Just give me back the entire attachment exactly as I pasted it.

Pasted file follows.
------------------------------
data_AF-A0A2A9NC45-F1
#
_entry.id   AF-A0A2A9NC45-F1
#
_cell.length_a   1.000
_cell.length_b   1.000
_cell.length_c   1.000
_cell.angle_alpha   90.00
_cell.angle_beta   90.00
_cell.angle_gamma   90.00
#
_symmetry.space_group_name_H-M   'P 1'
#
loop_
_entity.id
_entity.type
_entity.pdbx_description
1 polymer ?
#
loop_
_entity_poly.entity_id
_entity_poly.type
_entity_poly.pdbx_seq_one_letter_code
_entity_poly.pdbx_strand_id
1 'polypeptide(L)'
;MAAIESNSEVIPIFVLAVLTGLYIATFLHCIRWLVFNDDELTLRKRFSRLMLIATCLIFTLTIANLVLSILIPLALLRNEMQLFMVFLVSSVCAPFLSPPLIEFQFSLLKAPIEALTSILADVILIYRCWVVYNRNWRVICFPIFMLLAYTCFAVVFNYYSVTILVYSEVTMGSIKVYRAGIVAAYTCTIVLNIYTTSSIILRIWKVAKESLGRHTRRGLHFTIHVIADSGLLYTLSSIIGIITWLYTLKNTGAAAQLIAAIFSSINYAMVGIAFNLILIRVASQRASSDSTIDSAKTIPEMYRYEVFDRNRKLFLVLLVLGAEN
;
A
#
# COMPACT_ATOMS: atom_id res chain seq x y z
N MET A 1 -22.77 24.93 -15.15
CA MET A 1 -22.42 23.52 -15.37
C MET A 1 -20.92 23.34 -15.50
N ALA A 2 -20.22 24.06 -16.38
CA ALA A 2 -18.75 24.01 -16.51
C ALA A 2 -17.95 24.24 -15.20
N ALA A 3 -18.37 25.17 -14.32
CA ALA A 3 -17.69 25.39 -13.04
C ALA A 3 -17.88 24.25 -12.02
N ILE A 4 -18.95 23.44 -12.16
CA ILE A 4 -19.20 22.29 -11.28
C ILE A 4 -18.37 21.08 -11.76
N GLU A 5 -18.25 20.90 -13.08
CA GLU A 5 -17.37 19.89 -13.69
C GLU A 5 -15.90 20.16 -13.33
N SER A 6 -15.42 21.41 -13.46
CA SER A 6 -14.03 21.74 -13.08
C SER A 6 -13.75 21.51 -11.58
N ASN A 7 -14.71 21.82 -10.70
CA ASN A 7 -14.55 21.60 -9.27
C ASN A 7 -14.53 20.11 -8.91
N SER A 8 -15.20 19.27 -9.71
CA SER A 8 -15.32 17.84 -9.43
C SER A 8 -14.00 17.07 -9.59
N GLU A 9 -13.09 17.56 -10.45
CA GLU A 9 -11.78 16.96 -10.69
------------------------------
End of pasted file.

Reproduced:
data_AF-A0A2A9NC45-F1
#
_entry.id   AF-A0A2A9NC45-F1
#
_cell.length_a   1.000
_cell.length_b   1.000
_cell.length_c   1.000
_cell.angle_alpha   90.00
_cell.angle_beta   90.00
_cell.angle_gamma   90.00
#
_symmetry.space_group_name_H-M   'P 1'
#
loop_
_entity.id
_entity.type
_entity.pdbx_description
1 polymer ?
#
loop_
_entity_poly.entity_id
_entity_poly.type
_entity_poly.pdbx_seq_one_letter_code
_entity_poly.pdbx_strand_id
1 'polypeptide(L)'
;MAAIESNSEVIPIFVLAVLTGLYIATFLHCIRWLVFNDDELTLRKRFSRLMLIATCLIFTLTIANLVLSILIPLALLRNEMQLFMVFLVSSVCAPFLSPPLIEFQFSLLKAPIEALTSILADVILIYRCWVVYNRNWRVICFPIFMLLAYTCFAVVFNYYSVTILVYSEVTMGSIKVYRAGIVAAYTCTIVLNIYTTSSIILRIWKVAKESLGRHTRRGLHFTIHVIADSGLLYTLSSIIGIITWLYTLKNTGAAAQLIAAIFSSINYAMVGIAFNLILIRVASQRASSDSTIDSAKTIPEMYRYEVFDRNRKLFLVLLVLGAEN
;
A
#
# COMPACT_ATOMS: atom_id res chain seq x y z
N MET A 1 -22.77 24.93 -15.15
CA MET A 1 -22.42 23.52 -15.37
C MET A 1 -20.92 23.34 -15.50
N ALA A 2 -20.22 24.06 -16.38
CA ALA A 2 -18.75 24.01 -16.51
C ALA A 2 -17.95 24.24 -15.20
N ALA A 3 -18.37 25.17 -14.32
CA ALA A 3 -17.69 25.39 -13.04
C ALA A 3 -17.88 24.25 -12.02
N ILE A 4 -18.95 23.44 -12.16
CA ILE A 4 -19.20 22.29 -11.28
C ILE A 4 -18.37 21.08 -11.76
N GLU A 5 -18.25 20.90 -13.08
CA GLU A 5 -17.37 19.89 -13.69
C GLU A 5 -15.90 20.16 -13.33
N SER A 6 -15.42 21.41 -13.46
CA SER A 6 -14.03 21.74 -13.08
C SER A 6 -13.75 21.51 -11.58
N ASN A 7 -14.71 21.82 -10.70
CA ASN A 7 -14.55 21.60 -9.27
C ASN A 7 -14.53 20.11 -8.91
N SER A 8 -15.20 19.27 -9.71
CA SER A 8 -15.32 17.84 -9.43
C SER A 8 -14.00 17.07 -9.59
N GLU A 9 -13.09 17.56 -10.45
CA GLU A 9 -11.78 16.96 -10.69